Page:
Bangladesh can easily retain $1 billion out of the $7 billion of freight spent to bring import cargoes, says Akij Group’s MD

Sohel Parvez


Akij operates 10 seagoing ships that carry coal, iron ore, clinker, wheat, fertiliser and other mineral cargoes from one international port to another. Photo: Collected

Local oceangoing vessels that carry bulk shipments from one continent to another have recovered from the Covid-19 fallouts as the operators are getting good business thanks to the increased demand from China, according to a leading operator of seagoing ships.

"There is a huge movement of bulk cargo towards China. Because of China, the shipping industry is no longer struggling," said SK Bashir Uddin, managing director of Akij Group, one of the country's biggest business houses with 24 concerns ranging from jute, cement, and steel to food processing and shipping.

Akij operates 10 seagoing ships, which carry coal, iron ore, clinker, wheat, fertiliser and other mineral cargoes from one international port to another.

The Baltic dry index, which tracks rates for ships ferrying dry bulk commodities, jumped to a more than two-month high recently owing to strong iron-ore shipments out of Australia and Brazil, reported Reuters.

Bashir said the Baltic dry index which dropped to an unprecedented low early this year amid the global Covid-19 outbreak, rebounded later alongside the demand for ferrying bulk cargo.

Stimulus packages offered by the Chinese authorities and the public spending are two of the main drivers that pushed up the demand for shipping, he said in an interview over the phone last month.

"Business went down drastically following the outbreak but it is back at full swing now thanks to China," he added.

Since local ships have to comply with international maritime laws to sail on international waters, they become part of the global community, Bashir also said.

Therefore, all local oceangoing vessels enjoy similar treatment in line with ships owned by other countries.

"So when there is a pull, it does not matter who is the owner or from where the ship hails. We enjoy similar status when our ship and a German are in the same class," he said, adding that they carry cargoes from other countries too.

Bashir, also vice chairman of the Bangladesh Oceangoing Ship Owners Association (BOSOA), went on to say that Akij also brings its own cargos through its own ships as this is advantageous in terms of freight charge.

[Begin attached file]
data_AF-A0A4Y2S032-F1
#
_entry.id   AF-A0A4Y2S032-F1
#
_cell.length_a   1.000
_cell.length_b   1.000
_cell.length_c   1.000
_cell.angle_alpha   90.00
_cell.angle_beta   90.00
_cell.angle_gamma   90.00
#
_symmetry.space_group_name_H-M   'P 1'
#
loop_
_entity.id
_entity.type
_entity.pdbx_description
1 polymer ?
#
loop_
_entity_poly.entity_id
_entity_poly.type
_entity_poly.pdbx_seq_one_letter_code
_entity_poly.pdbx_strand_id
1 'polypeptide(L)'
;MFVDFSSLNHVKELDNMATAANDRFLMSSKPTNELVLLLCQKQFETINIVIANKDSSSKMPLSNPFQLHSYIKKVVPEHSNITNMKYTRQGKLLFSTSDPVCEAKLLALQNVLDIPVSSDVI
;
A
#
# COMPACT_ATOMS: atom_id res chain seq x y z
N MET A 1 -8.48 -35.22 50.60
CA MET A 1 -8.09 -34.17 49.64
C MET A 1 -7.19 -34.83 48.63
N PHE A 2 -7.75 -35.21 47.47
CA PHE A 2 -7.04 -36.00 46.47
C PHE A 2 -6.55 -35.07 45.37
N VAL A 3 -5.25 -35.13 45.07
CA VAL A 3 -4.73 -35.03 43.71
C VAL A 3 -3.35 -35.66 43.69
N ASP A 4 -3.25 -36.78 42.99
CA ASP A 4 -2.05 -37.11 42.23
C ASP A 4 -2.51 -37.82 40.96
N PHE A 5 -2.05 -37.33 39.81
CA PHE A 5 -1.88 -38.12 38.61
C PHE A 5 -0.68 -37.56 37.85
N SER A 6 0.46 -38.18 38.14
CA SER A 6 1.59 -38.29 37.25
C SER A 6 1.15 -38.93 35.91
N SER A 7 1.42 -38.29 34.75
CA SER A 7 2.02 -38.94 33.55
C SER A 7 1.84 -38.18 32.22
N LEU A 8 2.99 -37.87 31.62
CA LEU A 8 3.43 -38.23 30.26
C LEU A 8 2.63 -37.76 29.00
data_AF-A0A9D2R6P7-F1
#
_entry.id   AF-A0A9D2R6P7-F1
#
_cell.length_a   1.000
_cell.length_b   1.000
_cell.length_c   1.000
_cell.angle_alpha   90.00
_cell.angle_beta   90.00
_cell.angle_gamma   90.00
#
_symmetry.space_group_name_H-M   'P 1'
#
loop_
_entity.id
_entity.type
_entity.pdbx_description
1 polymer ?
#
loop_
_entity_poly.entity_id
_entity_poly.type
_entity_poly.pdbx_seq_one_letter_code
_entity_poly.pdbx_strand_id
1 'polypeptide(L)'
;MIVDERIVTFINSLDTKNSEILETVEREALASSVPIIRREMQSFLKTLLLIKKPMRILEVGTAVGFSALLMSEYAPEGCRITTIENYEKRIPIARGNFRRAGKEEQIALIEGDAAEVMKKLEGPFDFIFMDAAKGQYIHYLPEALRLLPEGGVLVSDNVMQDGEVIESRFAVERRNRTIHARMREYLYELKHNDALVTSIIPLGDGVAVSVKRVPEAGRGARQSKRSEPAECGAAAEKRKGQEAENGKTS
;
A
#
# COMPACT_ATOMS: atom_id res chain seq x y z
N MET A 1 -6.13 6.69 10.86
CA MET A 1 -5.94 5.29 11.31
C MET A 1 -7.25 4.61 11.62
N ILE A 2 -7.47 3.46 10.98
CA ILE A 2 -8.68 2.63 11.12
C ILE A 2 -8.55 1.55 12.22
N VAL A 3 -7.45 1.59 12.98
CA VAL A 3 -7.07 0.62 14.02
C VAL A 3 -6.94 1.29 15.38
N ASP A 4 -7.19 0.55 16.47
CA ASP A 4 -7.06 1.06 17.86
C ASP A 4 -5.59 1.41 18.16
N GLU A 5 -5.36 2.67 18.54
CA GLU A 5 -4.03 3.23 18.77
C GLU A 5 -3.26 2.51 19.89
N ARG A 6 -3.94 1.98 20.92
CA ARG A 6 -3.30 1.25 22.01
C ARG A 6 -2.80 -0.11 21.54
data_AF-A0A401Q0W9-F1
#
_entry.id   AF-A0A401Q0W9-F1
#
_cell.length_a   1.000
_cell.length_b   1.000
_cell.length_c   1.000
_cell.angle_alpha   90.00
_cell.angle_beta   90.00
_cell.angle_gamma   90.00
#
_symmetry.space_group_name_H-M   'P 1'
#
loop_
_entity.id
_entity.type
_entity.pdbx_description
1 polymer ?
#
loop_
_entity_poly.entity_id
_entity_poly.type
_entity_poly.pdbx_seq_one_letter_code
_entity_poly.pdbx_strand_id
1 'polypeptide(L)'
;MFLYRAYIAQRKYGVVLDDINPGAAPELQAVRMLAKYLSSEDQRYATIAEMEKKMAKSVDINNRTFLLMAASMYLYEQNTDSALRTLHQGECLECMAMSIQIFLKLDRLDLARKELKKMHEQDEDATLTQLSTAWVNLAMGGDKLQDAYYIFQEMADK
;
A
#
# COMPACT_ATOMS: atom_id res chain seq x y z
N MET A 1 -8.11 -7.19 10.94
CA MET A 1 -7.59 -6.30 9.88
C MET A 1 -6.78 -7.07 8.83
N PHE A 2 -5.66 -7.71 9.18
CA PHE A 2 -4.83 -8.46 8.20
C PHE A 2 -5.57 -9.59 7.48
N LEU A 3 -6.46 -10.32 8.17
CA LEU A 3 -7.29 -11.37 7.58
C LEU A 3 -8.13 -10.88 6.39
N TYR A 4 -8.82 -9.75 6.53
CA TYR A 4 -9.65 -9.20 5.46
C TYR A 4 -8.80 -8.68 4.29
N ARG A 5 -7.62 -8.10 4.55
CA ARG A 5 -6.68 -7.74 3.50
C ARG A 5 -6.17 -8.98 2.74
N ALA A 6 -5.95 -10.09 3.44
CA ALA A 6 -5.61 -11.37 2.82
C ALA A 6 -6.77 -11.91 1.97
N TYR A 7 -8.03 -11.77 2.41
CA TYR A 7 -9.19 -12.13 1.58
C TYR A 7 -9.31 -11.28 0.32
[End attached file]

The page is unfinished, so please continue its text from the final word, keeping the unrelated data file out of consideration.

"That is what we are trying to make the regulators understand. We spend nearly $7 billion annually as freight charges to carry inbound cargoes and it is no challenge to retain $1 billion of that amount in the country," said Bashir, citing rising cargo imports.

Bangladesh imported 87 million tonnes of cargo in fiscal 2019-20, up 78 per cent from 48.94 million tonnes five years ago, data from the Chattogram Port Authority shows.

According to the managing director, clinker accounts for a big portion of bulk cargo imported for the cement industry. Besides, wheat and fertiliser are also imported.

"So, Bangladesh ship owners need to grow. There needs to be more ship owners and the government needs to create conducive policies," he said, adding that friendly policies could increase the number of ships.

"It is not a matter at all to increase the number of ships to 1,000."

Citing the necessity to pay for local ships to cross the Suez Canal, he said it is very difficult to make such a transaction from Bangladesh.

The more conducive the regulation, the more local ship owners will grow, said Bashir, adding that the shipping industry creates very high value jobs as well.

"Opportunity is enormous in the industry."

Bangladesh had 85 oceangoing ships six or seven years ago.

The number of oceangoing ships declined to 35 as owners sold off most of their vessels owing to declining freight rates, high operating costs and removal of the value added tax (VAT) exemption benefit for import and manufacture of ships from fiscal 2014-15.

In March 2018, the National Board of Revenue exempted VAT for import of 15-year old ships of 5,000 deadweight tonnage (DWT) capacity.